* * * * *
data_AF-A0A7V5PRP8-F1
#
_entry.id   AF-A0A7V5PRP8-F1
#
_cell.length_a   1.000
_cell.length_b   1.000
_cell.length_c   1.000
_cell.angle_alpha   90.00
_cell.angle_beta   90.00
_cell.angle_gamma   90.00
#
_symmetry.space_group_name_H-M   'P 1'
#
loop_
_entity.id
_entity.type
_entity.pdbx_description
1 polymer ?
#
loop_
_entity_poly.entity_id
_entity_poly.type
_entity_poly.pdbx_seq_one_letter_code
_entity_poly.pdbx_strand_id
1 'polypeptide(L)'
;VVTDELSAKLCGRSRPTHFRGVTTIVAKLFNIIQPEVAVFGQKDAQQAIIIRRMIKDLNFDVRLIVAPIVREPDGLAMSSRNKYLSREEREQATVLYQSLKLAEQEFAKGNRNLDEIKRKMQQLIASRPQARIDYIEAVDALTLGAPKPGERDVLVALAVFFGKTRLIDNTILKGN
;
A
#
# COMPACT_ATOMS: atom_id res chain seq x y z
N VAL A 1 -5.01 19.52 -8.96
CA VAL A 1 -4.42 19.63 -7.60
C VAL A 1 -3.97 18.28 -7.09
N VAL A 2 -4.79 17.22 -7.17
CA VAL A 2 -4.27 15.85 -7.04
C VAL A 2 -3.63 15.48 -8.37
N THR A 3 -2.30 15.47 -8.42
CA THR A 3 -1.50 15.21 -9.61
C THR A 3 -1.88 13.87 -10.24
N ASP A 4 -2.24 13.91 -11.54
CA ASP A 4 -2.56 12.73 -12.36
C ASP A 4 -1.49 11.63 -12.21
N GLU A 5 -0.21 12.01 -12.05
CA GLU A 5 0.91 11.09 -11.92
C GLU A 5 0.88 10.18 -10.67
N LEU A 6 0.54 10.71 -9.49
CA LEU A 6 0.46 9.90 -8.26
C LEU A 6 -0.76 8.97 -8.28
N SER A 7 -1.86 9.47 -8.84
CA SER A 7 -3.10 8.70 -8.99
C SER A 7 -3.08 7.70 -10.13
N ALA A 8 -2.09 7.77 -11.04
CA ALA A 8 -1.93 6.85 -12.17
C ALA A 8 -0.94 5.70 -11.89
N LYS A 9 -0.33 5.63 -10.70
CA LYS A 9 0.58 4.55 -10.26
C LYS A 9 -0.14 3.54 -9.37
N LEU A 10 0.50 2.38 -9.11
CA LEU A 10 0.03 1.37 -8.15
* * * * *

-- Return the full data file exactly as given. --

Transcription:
data_AF-A0A7V5PRP8-F1
#
_entry.id   AF-A0A7V5PRP8-F1
#
_cell.length_a   1.000
_cell.length_b   1.000
_cell.length_c   1.000
_cell.angle_alpha   90.00
_cell.angle_beta   90.00
_cell.angle_gamma   90.00
#
_symmetry.space_group_name_H-M   'P 1'
#
loop_
_entity.id
_entity.type
_entity.pdbx_description
1 polymer ?
#
loop_
_entity_poly.entity_id
_entity_poly.type
_entity_poly.pdbx_seq_one_letter_code
_entity_poly.pdbx_strand_id
1 'polypeptide(L)'
;VVTDELSAKLCGRSRPTHFRGVTTIVAKLFNIIQPEVAVFGQKDAQQAIIIRRMIKDLNFDVRLIVAPIVREPDGLAMSSRNKYLSREEREQATVLYQSLKLAEQEFAKGNRNLDEIKRKMQQLIASRPQARIDYIEAVDALTLGAPKPGERDVLVALAVFFGKTRLIDNTILKGN
;
A
#
# COMPACT_ATOMS: atom_id res chain seq x y z
N VAL A 1 -5.01 19.52 -8.96
CA VAL A 1 -4.42 19.63 -7.60
C VAL A 1 -3.97 18.28 -7.09
N VAL A 2 -4.79 17.22 -7.17
CA VAL A 2 -4.27 15.85 -7.04
C VAL A 2 -3.63 15.48 -8.37
N THR A 3 -2.30 15.47 -8.42
CA THR A 3 -1.50 15.21 -9.61
C THR A 3 -1.88 13.87 -10.24
N ASP A 4 -2.24 13.91 -11.54
CA ASP A 4 -2.56 12.73 -12.36
C ASP A 4 -1.49 11.63 -12.21
N GLU A 5 -0.21 12.01 -12.05
CA GLU A 5 0.91 11.09 -11.92
C GLU A 5 0.88 10.18 -10.67
N LEU A 6 0.54 10.71 -9.49
CA LEU A 6 0.46 9.90 -8.26
C LEU A 6 -0.76 8.97 -8.28
N SER A 7 -1.86 9.47 -8.84
CA SER A 7 -3.10 8.70 -8.99
C SER A 7 -3.08 7.70 -10.13
N ALA A 8 -2.09 7.77 -11.04
CA ALA A 8 -1.93 6.85 -12.17
C ALA A 8 -0.94 5.70 -11.89
N LYS A 9 -0.33 5.63 -10.70
CA LYS A 9 0.58 4.55 -10.26
C LYS A 9 -0.14 3.54 -9.37
N LEU A 10 0.50 2.38 -9.11
CA LEU A 10 0.03 1.37 -8.15